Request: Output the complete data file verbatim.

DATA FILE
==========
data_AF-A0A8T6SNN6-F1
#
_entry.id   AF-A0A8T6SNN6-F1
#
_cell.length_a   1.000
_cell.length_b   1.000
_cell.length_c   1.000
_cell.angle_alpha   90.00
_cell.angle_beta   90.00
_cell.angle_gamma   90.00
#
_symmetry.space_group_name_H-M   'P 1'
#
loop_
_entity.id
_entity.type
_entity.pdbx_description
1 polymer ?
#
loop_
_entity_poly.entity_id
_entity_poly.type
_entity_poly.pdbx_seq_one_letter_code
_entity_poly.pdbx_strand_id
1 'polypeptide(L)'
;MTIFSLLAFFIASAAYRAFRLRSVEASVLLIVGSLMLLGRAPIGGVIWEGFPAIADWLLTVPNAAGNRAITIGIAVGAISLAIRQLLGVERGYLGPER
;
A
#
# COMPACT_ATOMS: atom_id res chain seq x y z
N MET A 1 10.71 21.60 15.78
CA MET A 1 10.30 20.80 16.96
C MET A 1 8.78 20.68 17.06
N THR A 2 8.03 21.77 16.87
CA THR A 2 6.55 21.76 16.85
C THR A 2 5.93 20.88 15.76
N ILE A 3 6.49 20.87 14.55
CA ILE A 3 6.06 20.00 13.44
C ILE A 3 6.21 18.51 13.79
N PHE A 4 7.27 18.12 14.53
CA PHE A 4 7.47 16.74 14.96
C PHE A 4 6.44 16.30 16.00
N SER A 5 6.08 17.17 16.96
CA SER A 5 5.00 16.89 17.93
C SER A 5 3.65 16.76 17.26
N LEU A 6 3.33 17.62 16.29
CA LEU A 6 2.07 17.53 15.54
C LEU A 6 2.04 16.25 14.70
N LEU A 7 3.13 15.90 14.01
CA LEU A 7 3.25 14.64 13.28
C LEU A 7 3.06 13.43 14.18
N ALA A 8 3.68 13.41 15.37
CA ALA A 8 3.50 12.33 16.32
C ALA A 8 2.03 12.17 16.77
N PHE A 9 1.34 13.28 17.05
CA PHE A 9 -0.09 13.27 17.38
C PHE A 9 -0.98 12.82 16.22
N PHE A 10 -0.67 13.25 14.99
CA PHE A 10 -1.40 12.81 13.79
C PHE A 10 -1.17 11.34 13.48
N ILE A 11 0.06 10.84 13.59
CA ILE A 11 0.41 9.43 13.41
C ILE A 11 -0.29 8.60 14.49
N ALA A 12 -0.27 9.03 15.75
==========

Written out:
data_AF-A0A8T6SNN6-F1
#
_entry.id   AF-A0A8T6SNN6-F1
#
_cell.length_a   1.000
_cell.length_b   1.000
_cell.length_c   1.000
_cell.angle_alpha   90.00
_cell.angle_beta   90.00
_cell.angle_gamma   90.00
#
_symmetry.space_group_name_H-M   'P 1'
#
loop_
_entity.id
_entity.type
_entity.pdbx_description
1 polymer ?
#
loop_
_entity_poly.entity_id
_entity_poly.type
_entity_poly.pdbx_seq_one_letter_code
_entity_poly.pdbx_strand_id
1 'polypeptide(L)'
;MTIFSLLAFFIASAAYRAFRLRSVEASVLLIVGSLMLLGRAPIGGVIWEGFPAIADWLLTVPNAAGNRAITIGIAVGAISLAIRQLLGVERGYLGPER
;
A
#
# COMPACT_ATOMS: atom_id res chain seq x y z
N MET A 1 10.71 21.60 15.78
CA MET A 1 10.30 20.80 16.96
C MET A 1 8.78 20.68 17.06
N THR A 2 8.03 21.77 16.87
CA THR A 2 6.55 21.76 16.85
C THR A 2 5.93 20.88 15.76
N ILE A 3 6.49 20.87 14.55
CA ILE A 3 6.06 20.00 13.44
C ILE A 3 6.21 18.51 13.79
N PHE A 4 7.27 18.12 14.53
CA PHE A 4 7.47 16.74 14.96
C PHE A 4 6.44 16.30 16.00
N SER A 5 6.08 17.17 16.96
CA SER A 5 5.00 16.89 17.93
C SER A 5 3.65 16.76 17.26
N LEU A 6 3.33 17.62 16.29
CA LEU A 6 2.07 17.53 15.54
C LEU A 6 2.04 16.25 14.70
N LEU A 7 3.13 15.90 14.01
CA LEU A 7 3.25 14.64 13.28
C LEU A 7 3.06 13.43 14.18
N ALA A 8 3.68 13.41 15.37
CA ALA A 8 3.50 12.33 16.32
C ALA A 8 2.03 12.17 16.77
N PHE A 9 1.34 13.28 17.05
CA PHE A 9 -0.09 13.27 17.38
C PHE A 9 -0.98 12.82 16.22
N PHE A 10 -0.67 13.25 14.99
CA PHE A 10 -1.40 12.81 13.79
C PHE A 10 -1.17 11.34 13.48
N ILE A 11 0.06 10.84 13.59
CA ILE A 11 0.41 9.43 13.41
C ILE A 11 -0.29 8.60 14.49
N ALA A 12 -0.27 9.03 15.75